Remote community stores will face an immediate challenge to increase their stocks to cope with greatly enhanced demand that began last week with the first one-off economic-support payment of $750 made to all welfare recipients. As incomes double later this month, remote communities will face major logistical challenges with the management of supply chains and transportation.

These new economic-survival measures will only take us part of the way to addressing the devastating public-health challenge that COVID-19 represents. The reduction in extreme poverty and associated immediate increase in foodstuff consumption should help to lift the resilience of immune-compromised remote indigenous populations. These are people who already die prematurely from diabetes, rheumatic heart disease, liver and kidney failure and lung cancer and have extraordinarily high levels of morbidity owing to deep impoverishment and long-term neglect.

The challenge to keep COVID out of remote communities seems almost insurmountable given global evidence. Nevertheless, recognising the likely high loss of life from COVID-19 infection, the NT government is looking to enforce strict measures to require anyone returning from overseas or interstate or from outside communities to self-isolate. Working with Aboriginal land councils, there are measures to strictly limit entry onto Aboriginal-owned land. And there are plans to emergency evacuate any community members infected with the virus to facilities in larger urban centres because adequate medical personnel and facilities are absent in remote places.

But it is hard to see how cutting and pasting draconian social-distancing emergency measures will work in very different cultural contexts where intense bodily interaction and social relationality are so highly valued and where structural impoverishment also dictates close physical proximity: remote places face a COVID-19 double jeopardy. How can social distancing and requisite levels of personal hygiene be maintained when people live in overcrowded housing with limited ablution facilities sometimes shared by multiple families? This alone represents an almost insurmountable challenge to eliminating community transmission. Early reports from some communities indicate that the few available stores were terribly overcrowded and open long hours when the first $750 payment arrived, making a mockery of social-distancing edicts emanating from Canberra. Misguided policy to centralise people in such unhealthy under-resourced circumstances (which I discussed in Arena Magazine no. 148) has been a central plank of government policy in recent years—recall Tony Abbott’s insulting ‘lifestyle choice’ statement. Perhaps the pandemic will open possibilities for a return to homelands that offer healthier housing and living conditions as a ‘choice for survival’? Any additional loss of life will create further public-health challenges, as families will congregate for mortuary rituals in accord with social and moral prerogatives. The culturally distinct and infrastructure-limited circumstances of remote indigenous Australia make formulaic two-person public gathering and 4-square-metres-per-person indoor rules nonsensical.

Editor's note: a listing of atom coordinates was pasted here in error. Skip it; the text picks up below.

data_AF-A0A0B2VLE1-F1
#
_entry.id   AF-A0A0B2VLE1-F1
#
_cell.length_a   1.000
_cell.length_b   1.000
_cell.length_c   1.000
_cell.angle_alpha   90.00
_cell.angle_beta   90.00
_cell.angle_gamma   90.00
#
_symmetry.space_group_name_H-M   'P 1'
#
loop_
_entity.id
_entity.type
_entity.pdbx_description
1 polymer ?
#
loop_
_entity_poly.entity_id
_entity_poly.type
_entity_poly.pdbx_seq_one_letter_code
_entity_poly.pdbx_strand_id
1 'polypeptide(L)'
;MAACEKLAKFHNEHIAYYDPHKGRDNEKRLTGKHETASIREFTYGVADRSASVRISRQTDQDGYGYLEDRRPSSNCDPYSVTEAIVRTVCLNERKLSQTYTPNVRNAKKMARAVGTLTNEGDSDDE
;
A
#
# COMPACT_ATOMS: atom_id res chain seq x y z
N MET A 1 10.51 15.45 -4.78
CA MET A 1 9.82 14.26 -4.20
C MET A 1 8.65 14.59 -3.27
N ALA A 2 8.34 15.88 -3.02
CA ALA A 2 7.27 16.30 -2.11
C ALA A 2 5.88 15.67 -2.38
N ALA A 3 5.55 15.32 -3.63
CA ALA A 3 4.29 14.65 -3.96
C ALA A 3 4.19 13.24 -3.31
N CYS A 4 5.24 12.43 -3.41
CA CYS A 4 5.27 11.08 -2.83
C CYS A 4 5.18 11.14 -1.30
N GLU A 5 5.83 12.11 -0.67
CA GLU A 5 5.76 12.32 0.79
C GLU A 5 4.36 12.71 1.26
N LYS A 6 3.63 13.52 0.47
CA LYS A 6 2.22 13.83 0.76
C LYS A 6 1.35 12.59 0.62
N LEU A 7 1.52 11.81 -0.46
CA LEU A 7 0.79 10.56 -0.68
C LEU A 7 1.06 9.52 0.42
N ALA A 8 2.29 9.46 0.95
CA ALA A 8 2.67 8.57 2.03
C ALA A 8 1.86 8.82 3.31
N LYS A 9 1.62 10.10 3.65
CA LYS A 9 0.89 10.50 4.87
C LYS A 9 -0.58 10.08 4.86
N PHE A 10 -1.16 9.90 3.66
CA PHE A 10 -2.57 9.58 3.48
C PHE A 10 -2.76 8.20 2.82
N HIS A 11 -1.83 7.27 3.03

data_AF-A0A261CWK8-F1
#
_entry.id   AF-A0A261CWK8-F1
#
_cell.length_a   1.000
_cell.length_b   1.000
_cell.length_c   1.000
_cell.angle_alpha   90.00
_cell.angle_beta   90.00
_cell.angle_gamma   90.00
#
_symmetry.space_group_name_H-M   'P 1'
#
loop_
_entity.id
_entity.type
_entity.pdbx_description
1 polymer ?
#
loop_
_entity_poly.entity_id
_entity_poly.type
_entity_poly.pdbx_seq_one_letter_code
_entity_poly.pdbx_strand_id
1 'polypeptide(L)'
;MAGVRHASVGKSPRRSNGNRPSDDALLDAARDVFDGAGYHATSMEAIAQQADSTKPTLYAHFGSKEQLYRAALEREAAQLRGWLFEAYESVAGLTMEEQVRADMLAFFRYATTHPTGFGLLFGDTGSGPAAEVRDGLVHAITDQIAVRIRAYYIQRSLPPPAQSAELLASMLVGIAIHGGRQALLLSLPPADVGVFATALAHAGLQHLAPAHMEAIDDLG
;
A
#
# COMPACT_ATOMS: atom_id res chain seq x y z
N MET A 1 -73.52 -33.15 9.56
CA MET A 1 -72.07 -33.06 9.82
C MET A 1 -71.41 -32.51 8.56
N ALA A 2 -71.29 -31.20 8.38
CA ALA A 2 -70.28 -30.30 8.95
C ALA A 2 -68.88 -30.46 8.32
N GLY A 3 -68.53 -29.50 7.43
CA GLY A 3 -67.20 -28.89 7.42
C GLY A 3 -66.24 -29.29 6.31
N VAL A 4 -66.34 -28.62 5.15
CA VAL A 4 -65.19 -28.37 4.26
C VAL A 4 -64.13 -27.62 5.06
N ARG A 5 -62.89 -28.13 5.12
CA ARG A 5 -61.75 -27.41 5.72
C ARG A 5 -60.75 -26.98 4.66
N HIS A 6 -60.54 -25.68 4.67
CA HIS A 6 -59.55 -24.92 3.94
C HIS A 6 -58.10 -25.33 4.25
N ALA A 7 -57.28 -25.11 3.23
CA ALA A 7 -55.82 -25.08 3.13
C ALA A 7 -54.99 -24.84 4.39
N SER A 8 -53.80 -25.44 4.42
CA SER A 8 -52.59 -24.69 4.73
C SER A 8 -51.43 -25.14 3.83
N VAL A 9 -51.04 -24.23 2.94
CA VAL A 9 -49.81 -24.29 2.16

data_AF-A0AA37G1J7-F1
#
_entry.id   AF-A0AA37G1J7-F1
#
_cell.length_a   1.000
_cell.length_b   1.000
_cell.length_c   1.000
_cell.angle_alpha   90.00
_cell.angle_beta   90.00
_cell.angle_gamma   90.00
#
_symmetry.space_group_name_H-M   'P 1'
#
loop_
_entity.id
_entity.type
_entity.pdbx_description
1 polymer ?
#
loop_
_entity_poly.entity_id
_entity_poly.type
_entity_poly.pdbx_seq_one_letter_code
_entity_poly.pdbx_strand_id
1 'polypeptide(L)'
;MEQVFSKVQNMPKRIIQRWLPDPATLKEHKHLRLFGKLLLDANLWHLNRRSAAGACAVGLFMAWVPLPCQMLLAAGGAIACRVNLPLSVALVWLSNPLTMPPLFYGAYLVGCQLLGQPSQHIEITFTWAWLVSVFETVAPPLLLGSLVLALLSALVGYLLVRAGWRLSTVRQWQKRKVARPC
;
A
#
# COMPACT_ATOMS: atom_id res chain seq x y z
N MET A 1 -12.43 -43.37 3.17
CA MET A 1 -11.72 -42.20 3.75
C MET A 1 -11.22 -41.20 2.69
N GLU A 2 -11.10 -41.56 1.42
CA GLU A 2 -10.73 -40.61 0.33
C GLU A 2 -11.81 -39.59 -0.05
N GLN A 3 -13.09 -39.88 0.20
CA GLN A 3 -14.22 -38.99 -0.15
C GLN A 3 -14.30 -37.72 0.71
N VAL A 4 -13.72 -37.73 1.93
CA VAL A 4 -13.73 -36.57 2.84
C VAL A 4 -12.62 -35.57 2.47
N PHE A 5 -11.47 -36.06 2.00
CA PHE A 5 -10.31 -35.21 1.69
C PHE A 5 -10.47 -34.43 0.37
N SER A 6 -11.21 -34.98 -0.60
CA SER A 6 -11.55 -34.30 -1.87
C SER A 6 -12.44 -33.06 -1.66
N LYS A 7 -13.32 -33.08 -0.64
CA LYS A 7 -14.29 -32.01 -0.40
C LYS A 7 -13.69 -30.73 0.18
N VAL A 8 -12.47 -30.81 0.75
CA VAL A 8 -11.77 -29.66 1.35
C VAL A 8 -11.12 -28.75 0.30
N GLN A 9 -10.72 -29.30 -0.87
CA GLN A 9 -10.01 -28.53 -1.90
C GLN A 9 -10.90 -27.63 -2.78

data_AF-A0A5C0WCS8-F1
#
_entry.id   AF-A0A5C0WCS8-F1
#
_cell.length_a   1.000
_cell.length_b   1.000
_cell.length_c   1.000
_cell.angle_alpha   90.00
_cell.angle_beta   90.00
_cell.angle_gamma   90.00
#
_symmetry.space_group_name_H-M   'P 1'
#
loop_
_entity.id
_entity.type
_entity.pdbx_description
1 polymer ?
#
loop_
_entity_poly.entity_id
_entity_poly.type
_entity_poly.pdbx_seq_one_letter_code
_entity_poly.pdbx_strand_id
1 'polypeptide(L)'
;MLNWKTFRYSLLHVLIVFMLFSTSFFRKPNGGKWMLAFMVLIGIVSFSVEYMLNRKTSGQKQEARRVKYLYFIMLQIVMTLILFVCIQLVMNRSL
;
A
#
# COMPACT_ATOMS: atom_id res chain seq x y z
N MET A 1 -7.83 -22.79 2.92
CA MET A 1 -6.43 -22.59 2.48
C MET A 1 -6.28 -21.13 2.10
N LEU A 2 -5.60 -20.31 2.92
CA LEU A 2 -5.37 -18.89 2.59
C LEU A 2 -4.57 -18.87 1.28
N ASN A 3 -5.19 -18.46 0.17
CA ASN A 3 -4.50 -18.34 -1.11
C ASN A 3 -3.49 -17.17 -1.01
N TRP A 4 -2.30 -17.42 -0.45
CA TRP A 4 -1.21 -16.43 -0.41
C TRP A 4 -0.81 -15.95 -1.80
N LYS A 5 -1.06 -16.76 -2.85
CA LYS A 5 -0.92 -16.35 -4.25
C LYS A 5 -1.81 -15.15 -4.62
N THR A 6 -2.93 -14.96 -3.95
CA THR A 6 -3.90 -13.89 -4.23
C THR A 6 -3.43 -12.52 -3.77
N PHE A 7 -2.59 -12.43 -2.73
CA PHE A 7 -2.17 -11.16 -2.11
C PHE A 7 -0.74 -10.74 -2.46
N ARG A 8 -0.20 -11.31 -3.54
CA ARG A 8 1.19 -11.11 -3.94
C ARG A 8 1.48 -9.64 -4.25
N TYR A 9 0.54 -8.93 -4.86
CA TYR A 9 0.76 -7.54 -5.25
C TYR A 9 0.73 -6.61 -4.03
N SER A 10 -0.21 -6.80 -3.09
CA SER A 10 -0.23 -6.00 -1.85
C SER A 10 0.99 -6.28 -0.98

All this indicates that there is an urgent need for a fundamental policy rethink to address the structurally embedded drivers of Indigenous marginality that this ‘national emergency’ highlights, yet again. It is imperative that some of the shifts we have seen devised for the good of the national economy and general population in recent weeks will be a harbinger of equalising changes, including addressing historical legacies, that will not be reversed when the COVID crisis is behind us.

About the author

Jon Altman

Jon Altman has a background in economics and anthropology and is an emeritus professor at the Australian National University. He works on practical issues around environmental, economic and social justice for Indigenous peoples in Australia and beyond with a number of not-for-profits. He has been an active participant in the Arena project for 20 years.